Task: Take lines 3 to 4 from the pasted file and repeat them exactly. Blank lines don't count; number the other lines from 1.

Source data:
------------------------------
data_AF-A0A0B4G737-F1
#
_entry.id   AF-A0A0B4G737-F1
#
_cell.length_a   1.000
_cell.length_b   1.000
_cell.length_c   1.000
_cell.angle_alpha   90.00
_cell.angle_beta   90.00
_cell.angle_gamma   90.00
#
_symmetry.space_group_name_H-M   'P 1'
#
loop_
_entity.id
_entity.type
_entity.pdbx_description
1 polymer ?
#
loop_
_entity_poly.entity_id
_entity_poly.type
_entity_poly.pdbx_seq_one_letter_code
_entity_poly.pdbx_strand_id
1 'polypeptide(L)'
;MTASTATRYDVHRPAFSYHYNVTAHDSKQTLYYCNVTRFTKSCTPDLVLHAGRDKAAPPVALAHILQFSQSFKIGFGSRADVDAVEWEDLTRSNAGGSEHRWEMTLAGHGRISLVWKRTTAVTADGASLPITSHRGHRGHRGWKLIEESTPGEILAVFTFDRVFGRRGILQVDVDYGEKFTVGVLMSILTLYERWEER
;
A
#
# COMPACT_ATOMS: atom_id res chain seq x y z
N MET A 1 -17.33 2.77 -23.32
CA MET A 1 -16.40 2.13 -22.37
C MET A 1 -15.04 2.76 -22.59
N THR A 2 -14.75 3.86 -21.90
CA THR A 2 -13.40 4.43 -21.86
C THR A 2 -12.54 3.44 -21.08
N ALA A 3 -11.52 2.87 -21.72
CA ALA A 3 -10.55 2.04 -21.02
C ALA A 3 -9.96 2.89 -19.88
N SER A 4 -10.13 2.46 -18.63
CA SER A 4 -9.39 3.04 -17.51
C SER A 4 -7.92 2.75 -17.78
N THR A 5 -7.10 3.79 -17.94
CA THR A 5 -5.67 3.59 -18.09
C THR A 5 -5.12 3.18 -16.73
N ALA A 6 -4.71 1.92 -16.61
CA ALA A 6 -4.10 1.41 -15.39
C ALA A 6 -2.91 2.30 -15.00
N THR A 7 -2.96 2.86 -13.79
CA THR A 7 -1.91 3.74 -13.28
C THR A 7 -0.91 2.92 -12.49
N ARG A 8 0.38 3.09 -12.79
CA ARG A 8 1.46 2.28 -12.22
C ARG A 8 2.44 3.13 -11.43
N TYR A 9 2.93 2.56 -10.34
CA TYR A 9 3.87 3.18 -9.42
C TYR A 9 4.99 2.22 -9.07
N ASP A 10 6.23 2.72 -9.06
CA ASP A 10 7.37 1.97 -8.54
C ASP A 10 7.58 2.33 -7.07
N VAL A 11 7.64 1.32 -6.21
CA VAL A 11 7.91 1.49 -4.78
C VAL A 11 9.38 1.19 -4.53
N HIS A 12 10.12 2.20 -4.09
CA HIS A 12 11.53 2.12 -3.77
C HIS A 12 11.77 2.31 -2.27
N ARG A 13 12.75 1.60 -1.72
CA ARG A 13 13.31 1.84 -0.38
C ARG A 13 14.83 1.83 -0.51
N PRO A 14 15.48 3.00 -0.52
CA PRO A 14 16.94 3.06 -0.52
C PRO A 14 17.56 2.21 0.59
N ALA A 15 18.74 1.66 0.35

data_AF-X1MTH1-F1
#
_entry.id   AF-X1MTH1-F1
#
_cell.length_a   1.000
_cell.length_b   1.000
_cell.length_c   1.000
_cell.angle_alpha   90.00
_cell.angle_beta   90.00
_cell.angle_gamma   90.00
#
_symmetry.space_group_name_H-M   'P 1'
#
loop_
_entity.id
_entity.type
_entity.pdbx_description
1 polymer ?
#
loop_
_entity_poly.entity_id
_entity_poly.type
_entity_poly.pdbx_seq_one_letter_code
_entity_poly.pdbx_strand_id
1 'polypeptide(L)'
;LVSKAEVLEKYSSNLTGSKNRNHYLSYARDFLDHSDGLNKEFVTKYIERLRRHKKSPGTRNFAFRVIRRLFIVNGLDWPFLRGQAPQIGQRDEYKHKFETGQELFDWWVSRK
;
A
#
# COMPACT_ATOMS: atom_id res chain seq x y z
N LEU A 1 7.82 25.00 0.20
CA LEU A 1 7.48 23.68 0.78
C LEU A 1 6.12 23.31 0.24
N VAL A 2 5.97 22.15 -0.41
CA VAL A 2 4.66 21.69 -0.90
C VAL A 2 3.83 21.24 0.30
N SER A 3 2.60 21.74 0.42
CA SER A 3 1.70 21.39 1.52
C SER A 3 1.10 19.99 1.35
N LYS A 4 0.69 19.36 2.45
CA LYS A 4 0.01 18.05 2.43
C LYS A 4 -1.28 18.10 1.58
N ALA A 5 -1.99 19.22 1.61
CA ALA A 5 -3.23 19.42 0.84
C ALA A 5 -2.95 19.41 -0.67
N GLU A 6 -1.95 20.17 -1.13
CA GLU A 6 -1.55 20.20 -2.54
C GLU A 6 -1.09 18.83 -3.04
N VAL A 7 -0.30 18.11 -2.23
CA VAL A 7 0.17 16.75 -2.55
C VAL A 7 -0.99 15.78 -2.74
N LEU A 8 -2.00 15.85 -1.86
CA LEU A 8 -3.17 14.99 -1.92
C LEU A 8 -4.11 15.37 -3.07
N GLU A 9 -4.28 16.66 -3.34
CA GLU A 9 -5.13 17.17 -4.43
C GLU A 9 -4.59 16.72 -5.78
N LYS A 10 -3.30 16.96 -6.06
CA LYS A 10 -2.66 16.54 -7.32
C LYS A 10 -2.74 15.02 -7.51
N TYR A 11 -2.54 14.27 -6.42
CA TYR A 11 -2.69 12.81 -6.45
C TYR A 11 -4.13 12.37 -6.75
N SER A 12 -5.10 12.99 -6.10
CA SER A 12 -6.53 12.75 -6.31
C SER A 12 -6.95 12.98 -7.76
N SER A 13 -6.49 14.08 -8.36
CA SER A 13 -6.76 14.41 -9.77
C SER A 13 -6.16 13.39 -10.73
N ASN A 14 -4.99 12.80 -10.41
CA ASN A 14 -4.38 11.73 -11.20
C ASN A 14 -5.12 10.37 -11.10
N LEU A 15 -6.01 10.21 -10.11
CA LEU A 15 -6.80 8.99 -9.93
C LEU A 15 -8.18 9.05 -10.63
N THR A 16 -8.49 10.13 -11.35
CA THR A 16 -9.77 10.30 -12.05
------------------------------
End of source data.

_entry.id   AF-A0A0B4G737-F1
#